Todd’s Challenge: Embracing China’s “New Normal”

Hello Hello!

Here’s another challenge! Read the text below and see if you can answer the questions correctly. Good luck!

PS: Check the Answer Key below 🙂

Embracing China’s “New Normal”
Why the Economy Is Still on Track

By Hu Angang / Foreign Affairs, May/June, 2015

It is clear by now that China’s economy is set to slow in the years to come, although economists disagree about how much and for how long. Last year, the country’s GDP growth rate fell to 7.4 percent, the lowest in almost a quarter century, and many expect that figure to drop further in 2015. Plenty of countries struggle to grow at even this pace, but most don’t have to create hundreds of millions of jobs over the next decade, as China will. So understandably, some experts are skeptical about the country’s prospects. They argue that its production-fueled growth model is no longer tenable and warn, as the economist Paul Krugman did in 2013, that the country is “about to hit its Great Wall.” According to this view, the question is not whether the Chinese economy will crash but when.

Such thinking is misguided. China is not nearing the edge of a cliff; it is entering a new stage of development. Chinese President Xi Jinping has called this next phase of growth the “new normal,” a term that Mohamed El-Erian, the former CEO of the global investment firm PIMCO, famously used to describe the West’s painful economic recovery following the 2008 financial crisis. But Xi used the phrase to describe something different: a crucial rebalancing, one in which the country diversifies its economy, embraces a more sustainable level of growth, and distributes the benefits more evenly. The new normal is in its early stages now, but if Beijing manages to sustain it, China’s citizens can count on continued growth and material improvements in their quality of life. The rest of the world, meanwhile, can expect China to become further integrated into the global economy. The Chinese century is not at the beginning of the end; it is at the end of the beginning.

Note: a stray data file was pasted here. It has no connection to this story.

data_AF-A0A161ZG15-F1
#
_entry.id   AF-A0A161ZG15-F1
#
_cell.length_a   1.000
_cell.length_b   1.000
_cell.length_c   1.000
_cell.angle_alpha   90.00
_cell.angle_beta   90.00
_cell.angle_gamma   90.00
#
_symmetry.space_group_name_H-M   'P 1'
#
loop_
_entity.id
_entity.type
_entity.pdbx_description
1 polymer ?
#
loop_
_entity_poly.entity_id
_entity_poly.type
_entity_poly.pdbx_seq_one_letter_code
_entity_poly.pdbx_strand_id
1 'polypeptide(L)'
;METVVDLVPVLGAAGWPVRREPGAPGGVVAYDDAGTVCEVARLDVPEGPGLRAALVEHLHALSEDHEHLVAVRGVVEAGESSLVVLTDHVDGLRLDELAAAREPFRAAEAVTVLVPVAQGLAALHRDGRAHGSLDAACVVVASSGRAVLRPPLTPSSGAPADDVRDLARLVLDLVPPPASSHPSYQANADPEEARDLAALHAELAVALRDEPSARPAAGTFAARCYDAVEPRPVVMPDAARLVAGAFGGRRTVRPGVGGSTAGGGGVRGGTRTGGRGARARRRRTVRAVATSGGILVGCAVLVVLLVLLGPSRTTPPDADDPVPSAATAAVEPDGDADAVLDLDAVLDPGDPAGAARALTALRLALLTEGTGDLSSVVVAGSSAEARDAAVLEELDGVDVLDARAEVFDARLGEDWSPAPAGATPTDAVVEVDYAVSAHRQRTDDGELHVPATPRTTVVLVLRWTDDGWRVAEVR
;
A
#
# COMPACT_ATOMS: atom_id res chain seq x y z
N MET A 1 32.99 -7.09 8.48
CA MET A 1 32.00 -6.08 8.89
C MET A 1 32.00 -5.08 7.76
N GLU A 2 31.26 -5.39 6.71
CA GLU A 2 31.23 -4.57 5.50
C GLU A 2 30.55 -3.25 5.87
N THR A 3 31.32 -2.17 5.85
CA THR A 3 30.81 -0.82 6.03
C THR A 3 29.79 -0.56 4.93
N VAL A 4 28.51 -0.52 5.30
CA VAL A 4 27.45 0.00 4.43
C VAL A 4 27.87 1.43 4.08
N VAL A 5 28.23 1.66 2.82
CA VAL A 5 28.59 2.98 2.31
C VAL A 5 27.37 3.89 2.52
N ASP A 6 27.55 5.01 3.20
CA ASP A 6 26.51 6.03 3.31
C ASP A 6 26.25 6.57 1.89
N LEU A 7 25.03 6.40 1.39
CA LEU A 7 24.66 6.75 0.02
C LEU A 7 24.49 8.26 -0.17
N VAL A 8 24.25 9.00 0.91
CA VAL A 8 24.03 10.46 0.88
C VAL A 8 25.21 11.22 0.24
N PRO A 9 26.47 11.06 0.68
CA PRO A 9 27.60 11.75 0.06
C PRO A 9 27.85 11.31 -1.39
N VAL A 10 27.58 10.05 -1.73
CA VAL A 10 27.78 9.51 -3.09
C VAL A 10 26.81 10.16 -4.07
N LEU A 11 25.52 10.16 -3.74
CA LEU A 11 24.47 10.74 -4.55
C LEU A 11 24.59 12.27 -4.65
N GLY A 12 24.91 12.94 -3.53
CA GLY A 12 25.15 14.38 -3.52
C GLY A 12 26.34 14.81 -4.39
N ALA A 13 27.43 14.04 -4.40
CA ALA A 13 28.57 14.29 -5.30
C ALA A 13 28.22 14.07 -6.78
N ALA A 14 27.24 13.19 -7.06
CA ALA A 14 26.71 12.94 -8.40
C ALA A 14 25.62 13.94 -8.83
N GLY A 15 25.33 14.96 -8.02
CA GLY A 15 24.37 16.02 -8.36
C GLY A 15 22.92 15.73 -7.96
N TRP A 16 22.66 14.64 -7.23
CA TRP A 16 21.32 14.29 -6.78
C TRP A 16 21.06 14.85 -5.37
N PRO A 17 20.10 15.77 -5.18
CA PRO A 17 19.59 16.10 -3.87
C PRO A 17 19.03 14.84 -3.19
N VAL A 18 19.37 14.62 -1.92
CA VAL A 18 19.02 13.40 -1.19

Determine if the following statements are true or false.

1. China’s pick-up in GDP plunged by a walloping 7.4% over the last quarter and is forecasted to plummet even further this year alone.

2. Many pundits defend that China’s overwhelming dependence on fossil fuels for economic growth depicts a fragile and dubitable picture for the near future.

3. Specialists in global economic affairs purport that China’s floundering economy has come upon a massive barrier that is expected to extend for decades.

4. Forecasts indicate that China, in order to revert its current economic downswing, must provide a substantial stimulus to its job market over the next 10 years.

Determine if the following statements are true or false.

1. According to pundits on economic issues, China is on the brink of economic disaster goaded on by faltering development.

2. According to the text, China is in zits initial phases of economic growth, which may well bring about solid enhancements in the lives of Chinese citizens.

3. According to the text, an inevitable and acute economic crisis is looming in China today.

4. Chinese President Xi Jinping’s view of China’s “new normal” depends heavily on economic diversity and sustainable growth.

>>> ANSWER KEY <<<

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Todd Marshall é professor de inglês do Curso Sapientia. Mais informações sobre Todd e sobre a prova de inglês do CACD, veja este vídeo.


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